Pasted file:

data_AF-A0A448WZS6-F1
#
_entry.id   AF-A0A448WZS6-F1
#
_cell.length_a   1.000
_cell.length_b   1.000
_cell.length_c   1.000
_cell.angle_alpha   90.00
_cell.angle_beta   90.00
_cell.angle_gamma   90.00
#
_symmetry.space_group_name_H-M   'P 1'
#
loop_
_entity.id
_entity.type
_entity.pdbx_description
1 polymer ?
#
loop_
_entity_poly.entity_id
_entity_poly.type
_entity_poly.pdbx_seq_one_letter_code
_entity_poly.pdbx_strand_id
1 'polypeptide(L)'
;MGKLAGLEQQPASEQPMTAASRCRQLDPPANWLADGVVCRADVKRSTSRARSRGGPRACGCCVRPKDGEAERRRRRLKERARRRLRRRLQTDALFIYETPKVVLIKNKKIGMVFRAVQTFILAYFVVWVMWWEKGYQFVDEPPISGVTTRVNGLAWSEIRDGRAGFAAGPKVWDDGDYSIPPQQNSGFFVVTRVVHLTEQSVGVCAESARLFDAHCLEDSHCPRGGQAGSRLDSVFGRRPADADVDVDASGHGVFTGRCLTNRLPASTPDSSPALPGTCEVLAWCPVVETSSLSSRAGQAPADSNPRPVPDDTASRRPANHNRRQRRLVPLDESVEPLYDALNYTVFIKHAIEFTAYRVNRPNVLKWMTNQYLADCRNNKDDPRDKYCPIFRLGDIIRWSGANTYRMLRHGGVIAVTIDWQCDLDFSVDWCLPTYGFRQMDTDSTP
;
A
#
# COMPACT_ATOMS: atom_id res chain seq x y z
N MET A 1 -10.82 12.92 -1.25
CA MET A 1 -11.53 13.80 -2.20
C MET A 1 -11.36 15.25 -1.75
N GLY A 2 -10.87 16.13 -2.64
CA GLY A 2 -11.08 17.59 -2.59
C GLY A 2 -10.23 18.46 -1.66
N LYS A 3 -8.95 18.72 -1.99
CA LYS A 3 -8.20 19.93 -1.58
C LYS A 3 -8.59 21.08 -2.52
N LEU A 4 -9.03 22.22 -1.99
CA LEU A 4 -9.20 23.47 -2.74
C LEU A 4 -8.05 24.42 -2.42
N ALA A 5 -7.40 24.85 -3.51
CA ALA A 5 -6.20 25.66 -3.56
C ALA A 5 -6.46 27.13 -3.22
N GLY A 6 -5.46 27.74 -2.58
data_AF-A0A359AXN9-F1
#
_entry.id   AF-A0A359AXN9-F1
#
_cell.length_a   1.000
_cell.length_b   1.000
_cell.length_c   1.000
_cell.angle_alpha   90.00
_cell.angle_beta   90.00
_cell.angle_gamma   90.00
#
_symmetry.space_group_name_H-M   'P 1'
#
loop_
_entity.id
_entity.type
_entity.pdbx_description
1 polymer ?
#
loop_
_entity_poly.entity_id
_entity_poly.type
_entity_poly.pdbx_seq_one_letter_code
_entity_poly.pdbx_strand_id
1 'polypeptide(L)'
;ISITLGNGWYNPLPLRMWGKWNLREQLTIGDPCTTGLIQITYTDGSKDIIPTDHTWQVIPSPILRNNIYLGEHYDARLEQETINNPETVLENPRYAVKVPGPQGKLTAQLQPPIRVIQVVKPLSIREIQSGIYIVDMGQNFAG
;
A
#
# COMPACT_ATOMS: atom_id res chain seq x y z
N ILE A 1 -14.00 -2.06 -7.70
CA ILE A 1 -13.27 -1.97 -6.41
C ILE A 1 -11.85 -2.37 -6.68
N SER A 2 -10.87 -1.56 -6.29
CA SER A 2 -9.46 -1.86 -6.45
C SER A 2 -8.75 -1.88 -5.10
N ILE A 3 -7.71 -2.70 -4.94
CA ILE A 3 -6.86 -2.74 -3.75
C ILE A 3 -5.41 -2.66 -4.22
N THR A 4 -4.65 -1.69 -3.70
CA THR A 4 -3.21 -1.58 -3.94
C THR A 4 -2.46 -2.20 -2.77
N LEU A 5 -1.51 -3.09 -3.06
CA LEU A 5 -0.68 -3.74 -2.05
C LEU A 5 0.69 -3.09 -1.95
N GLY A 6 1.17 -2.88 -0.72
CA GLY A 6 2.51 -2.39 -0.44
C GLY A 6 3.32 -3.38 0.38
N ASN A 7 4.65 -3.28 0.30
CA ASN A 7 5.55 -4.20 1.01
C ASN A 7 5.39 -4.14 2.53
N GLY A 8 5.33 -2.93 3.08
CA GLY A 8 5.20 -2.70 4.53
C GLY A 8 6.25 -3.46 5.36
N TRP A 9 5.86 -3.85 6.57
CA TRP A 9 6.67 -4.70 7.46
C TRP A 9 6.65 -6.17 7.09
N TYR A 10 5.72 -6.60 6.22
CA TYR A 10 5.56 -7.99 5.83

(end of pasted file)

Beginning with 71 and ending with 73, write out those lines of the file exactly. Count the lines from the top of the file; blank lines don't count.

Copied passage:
1 'polypeptide(L)'
;ISITLGNGWYNPLPLRMWGKWNLREQLTIGDPCTTGLIQITYTDGSKDIIPTDHTWQVIPSPILRNNIYLGEHYDARLEQETINNPETVLENPRYAVKVPGPQGKLTAQLQPPIRVIQVVKPLSIREIQSGIYIVDMGQNFAG
;